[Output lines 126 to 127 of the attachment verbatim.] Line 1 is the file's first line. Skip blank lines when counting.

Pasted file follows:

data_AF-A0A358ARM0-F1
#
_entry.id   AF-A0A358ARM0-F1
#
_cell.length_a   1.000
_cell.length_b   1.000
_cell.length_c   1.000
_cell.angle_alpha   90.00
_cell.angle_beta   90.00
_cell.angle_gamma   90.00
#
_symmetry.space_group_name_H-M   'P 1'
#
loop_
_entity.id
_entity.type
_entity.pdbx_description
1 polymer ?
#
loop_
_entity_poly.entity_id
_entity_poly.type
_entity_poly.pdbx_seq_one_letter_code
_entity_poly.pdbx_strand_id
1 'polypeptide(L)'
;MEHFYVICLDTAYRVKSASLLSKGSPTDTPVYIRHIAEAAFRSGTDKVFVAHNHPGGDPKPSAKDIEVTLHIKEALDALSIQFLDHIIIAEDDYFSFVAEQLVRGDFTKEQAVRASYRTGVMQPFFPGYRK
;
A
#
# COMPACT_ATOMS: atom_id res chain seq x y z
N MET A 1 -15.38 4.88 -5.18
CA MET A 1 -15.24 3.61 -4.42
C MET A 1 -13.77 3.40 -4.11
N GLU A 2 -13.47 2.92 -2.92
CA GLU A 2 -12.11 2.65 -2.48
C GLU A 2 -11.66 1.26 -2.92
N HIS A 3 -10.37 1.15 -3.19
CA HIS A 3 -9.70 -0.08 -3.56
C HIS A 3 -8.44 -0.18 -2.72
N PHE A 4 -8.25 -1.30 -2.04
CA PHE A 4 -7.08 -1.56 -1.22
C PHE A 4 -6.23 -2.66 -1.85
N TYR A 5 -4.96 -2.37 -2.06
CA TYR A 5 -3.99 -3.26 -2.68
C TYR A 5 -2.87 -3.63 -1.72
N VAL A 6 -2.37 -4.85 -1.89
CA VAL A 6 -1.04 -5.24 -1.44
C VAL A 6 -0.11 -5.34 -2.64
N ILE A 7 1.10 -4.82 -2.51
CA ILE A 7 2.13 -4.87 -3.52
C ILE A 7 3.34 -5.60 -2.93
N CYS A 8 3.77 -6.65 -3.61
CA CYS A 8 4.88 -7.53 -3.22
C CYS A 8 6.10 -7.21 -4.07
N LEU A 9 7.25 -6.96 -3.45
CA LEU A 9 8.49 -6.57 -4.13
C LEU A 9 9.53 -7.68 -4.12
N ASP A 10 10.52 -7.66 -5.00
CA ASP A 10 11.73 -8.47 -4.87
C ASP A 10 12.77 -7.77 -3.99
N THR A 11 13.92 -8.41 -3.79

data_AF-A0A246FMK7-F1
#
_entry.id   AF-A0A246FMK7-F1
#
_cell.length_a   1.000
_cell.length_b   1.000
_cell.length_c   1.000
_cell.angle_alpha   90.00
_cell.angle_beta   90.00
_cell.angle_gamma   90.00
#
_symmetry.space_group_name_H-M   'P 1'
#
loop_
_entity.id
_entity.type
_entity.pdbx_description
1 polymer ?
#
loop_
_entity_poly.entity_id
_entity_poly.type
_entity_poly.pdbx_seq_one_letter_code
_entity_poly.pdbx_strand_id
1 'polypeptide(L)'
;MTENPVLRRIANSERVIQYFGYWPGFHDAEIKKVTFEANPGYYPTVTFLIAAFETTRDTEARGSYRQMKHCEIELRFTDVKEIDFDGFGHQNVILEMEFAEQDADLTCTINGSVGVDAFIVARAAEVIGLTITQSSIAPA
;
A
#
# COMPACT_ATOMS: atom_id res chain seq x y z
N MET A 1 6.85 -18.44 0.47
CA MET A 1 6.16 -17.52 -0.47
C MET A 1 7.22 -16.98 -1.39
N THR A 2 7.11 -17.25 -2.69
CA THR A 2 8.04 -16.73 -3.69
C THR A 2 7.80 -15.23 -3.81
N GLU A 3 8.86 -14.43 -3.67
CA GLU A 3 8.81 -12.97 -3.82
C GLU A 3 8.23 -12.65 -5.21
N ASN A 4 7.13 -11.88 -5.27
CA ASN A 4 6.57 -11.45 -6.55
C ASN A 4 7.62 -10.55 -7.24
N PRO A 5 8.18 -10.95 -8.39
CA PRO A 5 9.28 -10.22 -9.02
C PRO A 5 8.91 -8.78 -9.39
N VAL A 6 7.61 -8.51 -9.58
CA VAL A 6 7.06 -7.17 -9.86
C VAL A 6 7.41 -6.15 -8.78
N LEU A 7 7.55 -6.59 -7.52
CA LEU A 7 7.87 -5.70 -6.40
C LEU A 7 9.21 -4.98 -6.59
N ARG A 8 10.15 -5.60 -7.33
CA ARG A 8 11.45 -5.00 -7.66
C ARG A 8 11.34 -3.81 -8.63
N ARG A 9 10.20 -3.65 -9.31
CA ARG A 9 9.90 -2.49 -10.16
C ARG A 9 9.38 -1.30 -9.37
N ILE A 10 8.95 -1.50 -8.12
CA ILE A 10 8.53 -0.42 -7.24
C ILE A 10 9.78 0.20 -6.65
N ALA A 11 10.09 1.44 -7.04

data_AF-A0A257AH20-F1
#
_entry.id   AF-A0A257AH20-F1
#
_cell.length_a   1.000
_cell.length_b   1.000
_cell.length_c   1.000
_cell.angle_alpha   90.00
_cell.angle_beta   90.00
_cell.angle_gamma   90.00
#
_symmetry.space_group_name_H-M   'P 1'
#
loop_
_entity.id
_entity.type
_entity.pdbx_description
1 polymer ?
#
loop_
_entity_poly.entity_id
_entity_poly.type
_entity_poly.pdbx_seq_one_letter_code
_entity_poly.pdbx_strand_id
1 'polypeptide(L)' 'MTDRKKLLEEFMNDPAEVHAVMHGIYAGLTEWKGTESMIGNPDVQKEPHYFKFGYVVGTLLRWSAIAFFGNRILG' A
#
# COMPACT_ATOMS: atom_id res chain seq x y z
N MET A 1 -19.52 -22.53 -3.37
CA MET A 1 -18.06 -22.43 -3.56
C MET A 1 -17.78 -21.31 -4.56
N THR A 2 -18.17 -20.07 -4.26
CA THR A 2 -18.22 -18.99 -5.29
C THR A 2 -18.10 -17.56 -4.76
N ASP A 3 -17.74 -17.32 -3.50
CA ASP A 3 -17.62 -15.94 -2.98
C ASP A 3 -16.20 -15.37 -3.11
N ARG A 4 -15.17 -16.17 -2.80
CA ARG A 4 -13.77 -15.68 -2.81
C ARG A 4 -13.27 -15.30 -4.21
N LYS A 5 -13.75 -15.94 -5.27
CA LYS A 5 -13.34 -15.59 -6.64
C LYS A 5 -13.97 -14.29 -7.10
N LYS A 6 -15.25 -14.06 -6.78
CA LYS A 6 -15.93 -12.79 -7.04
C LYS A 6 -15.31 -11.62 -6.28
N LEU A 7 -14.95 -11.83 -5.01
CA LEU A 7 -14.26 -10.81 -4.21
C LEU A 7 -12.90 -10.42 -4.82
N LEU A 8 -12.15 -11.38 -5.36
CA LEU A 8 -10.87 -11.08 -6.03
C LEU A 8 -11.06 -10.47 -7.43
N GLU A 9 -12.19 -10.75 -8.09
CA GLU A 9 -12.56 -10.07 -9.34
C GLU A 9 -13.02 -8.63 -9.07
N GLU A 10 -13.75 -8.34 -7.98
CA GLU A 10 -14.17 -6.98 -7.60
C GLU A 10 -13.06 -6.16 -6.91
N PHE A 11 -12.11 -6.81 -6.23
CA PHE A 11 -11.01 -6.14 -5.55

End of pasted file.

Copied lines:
#
_cell.length_a   1.000